No one would question the importance of insulin as a drug. First produced in the 1920s, insulin is used to control blood sugar levels in type 1 diabetes patients, who would otherwise die from their condition.1 Although nearly a century has passed since its discovery, scientists have yet to discover or develop an effective replacement for this peptide drug. This is because peptides are responsible for extremely specific molecular interactions in the body, for example, as hormones, neurotransmitters and enzymes. Today, peptide drugs are being developed to treat some of the most challenging diseases, including HIV, cancer, osteoporosis, and Alzheimer’s disease.
But while the potential of peptides as drugs has always been clear, their introduction onto the pharmaceutical marketplace has been varied and rocky. The first peptide drugs consisted of hormones like insulin, which were produced by direct isolation from animal sources, and injected into patients. The problem with this treatment was that impurities in the animal preparation often caused undesirable side effects at the injection site, such as pain, swelling, and even callus formation. Plus, side effects would change from batch to batch due to the presence of different impurities.1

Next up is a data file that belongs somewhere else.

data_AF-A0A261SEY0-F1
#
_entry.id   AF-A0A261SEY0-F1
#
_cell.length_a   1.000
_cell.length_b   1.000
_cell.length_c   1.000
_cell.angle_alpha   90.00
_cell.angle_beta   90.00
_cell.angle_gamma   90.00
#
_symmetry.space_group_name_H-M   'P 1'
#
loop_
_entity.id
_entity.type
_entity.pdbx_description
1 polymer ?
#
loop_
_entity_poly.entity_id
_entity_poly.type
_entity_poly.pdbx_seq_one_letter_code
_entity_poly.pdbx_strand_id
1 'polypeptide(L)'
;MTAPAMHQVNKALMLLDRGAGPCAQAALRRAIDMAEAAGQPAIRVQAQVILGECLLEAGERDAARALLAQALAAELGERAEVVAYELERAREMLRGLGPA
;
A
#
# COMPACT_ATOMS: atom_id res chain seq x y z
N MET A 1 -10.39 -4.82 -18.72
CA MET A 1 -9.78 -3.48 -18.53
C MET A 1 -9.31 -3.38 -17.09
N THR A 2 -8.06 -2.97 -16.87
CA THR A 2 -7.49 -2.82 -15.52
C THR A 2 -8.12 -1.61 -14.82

The desire for purer formulations led to the production of peptide drugs by organic synthesis in the 1950s and 1960s. The first synthetic peptide drug, oxytocin, was isolated and synthesised by Vincent du Vigneaud in 1953, for which he was awarded the Nobel prize in chemistry in 1955.2 Oxytocin is an important peptide hormone used to induce labour in pregnant women. Unfortunately, using the methods available at the time, the synthesis of oxytocin and other small peptide drugs could take as long as one to two years, and was not a very efficient production method.3
This all changed in 1963, with the invention of solid-phase peptide synthesis (SPPS) by US biochemist and another Nobel prize-winner Bruce Merrifield. In SPPS, the peptide is manufactured on a solid resin bead, which allows reagents to be added and filtered away without the lengthy, labour-intensive purification steps in between. This significantly sped up the synthesis process and allowed it to be automated. However, even with these progressions, organic synthesis was still a prohibitively expensive manufacturing tool when large quantities of peptide were needed.
By the 1970s, a milder chemistry using Fmocprotected amino acids was developed for SPPS, and the first commercially available automated peptide synthesisers were introduced. In addition, purification procedures had progressed to a level where even animal preparations of peptide drugs could be completely purified to avoid the unwanted side effects.1